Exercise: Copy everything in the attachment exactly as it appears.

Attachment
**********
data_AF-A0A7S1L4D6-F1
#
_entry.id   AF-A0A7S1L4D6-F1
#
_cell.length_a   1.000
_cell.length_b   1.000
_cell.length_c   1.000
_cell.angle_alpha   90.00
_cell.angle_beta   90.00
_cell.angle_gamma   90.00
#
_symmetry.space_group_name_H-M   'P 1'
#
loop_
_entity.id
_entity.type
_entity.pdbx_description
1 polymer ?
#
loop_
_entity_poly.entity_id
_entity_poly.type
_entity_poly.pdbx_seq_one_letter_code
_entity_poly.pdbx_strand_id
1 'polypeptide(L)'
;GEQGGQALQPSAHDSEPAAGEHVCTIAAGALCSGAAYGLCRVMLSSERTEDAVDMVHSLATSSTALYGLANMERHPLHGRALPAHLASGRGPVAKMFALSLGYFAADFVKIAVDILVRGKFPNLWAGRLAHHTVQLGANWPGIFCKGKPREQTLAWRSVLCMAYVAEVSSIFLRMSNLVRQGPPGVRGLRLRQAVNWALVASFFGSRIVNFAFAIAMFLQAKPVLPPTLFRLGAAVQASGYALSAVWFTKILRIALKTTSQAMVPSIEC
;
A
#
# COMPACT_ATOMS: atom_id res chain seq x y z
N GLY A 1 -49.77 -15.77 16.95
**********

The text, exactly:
data_AF-A0A7S1L4D6-F1
#
_entry.id   AF-A0A7S1L4D6-F1
#
_cell.length_a   1.000
_cell.length_b   1.000
_cell.length_c   1.000
_cell.angle_alpha   90.00
_cell.angle_beta   90.00
_cell.angle_gamma   90.00
#
_symmetry.space_group_name_H-M   'P 1'
#
loop_
_entity.id
_entity.type
_entity.pdbx_description
1 polymer ?
#
loop_
_entity_poly.entity_id
_entity_poly.type
_entity_poly.pdbx_seq_one_letter_code
_entity_poly.pdbx_strand_id
1 'polypeptide(L)'
;GEQGGQALQPSAHDSEPAAGEHVCTIAAGALCSGAAYGLCRVMLSSERTEDAVDMVHSLATSSTALYGLANMERHPLHGRALPAHLASGRGPVAKMFALSLGYFAADFVKIAVDILVRGKFPNLWAGRLAHHTVQLGANWPGIFCKGKPREQTLAWRSVLCMAYVAEVSSIFLRMSNLVRQGPPGVRGLRLRQAVNWALVASFFGSRIVNFAFAIAMFLQAKPVLPPTLFRLGAAVQASGYALSAVWFTKILRIALKTTSQAMVPSIEC
;
A
#
# COMPACT_ATOMS: atom_id res chain seq x y z
N GLY A 1 -49.77 -15.77 16.95